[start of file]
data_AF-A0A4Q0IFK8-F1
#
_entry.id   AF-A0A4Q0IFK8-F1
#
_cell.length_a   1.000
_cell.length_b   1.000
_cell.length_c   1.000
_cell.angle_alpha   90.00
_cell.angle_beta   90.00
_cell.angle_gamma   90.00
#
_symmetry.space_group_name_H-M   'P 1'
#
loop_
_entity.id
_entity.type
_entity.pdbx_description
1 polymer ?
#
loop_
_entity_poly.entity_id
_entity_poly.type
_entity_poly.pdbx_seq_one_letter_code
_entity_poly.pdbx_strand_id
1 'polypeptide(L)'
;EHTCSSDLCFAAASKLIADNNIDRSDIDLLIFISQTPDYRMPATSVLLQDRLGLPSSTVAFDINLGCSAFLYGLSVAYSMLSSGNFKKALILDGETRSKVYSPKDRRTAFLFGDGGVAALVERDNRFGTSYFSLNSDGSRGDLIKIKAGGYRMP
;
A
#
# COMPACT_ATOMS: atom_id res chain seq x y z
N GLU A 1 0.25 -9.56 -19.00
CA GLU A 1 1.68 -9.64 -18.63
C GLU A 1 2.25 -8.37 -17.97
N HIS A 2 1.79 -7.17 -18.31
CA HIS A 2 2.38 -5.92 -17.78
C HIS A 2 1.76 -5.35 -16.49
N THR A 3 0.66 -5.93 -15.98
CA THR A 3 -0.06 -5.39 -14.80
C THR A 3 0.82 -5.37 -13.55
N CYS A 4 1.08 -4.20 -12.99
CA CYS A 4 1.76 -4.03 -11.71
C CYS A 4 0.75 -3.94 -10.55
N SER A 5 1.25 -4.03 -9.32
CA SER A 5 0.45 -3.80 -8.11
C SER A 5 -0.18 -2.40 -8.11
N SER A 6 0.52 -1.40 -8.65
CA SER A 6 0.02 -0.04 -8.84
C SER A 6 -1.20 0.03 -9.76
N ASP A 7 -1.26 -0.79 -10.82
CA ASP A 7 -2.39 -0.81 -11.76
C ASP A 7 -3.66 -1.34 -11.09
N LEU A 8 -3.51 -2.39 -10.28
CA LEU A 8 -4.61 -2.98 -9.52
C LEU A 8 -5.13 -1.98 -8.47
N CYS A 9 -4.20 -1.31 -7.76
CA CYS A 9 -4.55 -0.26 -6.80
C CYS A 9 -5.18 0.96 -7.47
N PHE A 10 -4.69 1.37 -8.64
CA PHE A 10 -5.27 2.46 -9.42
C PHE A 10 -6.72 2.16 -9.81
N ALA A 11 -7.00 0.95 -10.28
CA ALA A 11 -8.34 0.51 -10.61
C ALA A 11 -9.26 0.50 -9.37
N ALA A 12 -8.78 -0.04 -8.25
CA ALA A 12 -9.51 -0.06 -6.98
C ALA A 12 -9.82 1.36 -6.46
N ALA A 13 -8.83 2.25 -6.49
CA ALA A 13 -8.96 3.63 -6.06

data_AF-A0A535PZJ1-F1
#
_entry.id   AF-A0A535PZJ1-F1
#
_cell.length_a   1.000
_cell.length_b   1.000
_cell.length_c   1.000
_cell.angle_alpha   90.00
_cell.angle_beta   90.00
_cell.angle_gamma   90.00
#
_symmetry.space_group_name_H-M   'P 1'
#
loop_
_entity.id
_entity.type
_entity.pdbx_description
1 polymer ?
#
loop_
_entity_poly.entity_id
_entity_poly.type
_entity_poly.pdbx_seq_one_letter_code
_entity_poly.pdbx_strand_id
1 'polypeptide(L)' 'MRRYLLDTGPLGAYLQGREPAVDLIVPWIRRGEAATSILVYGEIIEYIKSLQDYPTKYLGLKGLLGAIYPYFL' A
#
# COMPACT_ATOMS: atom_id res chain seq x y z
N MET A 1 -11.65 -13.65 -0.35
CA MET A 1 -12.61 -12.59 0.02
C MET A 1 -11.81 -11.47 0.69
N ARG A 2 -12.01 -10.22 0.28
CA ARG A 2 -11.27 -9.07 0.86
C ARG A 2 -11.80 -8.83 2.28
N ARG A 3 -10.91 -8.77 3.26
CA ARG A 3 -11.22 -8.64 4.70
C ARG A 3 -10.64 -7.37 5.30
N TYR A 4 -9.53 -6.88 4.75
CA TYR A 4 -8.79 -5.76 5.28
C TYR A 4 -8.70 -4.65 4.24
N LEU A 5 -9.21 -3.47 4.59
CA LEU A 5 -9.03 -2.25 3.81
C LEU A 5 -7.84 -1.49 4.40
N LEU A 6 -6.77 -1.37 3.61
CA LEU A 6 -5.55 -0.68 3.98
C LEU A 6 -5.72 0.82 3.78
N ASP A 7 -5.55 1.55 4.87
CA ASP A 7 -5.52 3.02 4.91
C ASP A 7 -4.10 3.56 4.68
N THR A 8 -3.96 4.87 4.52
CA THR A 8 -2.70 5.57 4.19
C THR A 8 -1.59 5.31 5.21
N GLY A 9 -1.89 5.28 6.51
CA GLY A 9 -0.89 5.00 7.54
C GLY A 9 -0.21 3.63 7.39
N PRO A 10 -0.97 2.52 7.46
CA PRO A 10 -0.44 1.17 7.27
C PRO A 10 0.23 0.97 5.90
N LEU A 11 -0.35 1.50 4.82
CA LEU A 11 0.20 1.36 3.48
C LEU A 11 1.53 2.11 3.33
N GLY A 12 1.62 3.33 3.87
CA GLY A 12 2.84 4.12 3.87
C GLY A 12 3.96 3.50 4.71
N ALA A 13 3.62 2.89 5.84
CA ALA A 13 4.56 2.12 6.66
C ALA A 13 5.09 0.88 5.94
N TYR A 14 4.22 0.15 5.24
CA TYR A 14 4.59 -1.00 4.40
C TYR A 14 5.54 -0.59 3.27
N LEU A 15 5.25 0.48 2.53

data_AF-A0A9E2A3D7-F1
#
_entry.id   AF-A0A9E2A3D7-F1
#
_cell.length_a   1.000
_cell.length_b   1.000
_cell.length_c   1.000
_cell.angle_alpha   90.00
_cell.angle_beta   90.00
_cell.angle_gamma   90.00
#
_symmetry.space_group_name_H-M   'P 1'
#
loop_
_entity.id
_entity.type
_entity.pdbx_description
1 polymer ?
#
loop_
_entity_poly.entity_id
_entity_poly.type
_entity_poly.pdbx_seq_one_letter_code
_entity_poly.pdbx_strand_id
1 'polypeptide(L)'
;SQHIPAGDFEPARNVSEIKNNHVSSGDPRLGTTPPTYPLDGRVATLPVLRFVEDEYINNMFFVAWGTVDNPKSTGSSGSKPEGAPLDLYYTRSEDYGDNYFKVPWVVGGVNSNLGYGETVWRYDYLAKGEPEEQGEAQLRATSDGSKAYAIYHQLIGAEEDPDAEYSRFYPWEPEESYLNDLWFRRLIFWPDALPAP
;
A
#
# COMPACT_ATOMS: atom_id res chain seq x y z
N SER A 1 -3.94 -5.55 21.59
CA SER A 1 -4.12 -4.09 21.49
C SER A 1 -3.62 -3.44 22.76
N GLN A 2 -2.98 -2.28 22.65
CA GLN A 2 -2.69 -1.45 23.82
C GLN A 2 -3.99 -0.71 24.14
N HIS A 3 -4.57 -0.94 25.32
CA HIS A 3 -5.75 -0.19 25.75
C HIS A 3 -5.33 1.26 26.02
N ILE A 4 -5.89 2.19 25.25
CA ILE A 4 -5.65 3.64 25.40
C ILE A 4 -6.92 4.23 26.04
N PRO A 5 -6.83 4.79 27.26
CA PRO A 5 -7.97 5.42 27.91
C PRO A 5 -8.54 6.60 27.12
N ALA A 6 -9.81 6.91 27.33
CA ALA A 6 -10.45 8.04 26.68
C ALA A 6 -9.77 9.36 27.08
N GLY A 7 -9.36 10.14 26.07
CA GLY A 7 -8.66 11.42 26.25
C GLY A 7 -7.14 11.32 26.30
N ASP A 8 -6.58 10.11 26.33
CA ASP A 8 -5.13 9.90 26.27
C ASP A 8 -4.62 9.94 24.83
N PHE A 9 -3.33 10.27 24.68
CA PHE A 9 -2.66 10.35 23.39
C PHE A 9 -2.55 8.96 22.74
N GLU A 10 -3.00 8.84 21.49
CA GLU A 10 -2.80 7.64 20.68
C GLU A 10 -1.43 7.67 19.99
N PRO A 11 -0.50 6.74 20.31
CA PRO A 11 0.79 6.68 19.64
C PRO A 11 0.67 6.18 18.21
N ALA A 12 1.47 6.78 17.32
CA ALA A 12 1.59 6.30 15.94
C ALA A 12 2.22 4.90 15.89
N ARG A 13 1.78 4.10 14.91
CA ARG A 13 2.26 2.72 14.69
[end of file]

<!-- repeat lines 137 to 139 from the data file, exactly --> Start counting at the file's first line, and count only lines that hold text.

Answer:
C TYR A 14 5.54 -0.59 3.27
N LEU A 15 5.25 0.48 2.53

data_AF-A0A9E2A3D7-F1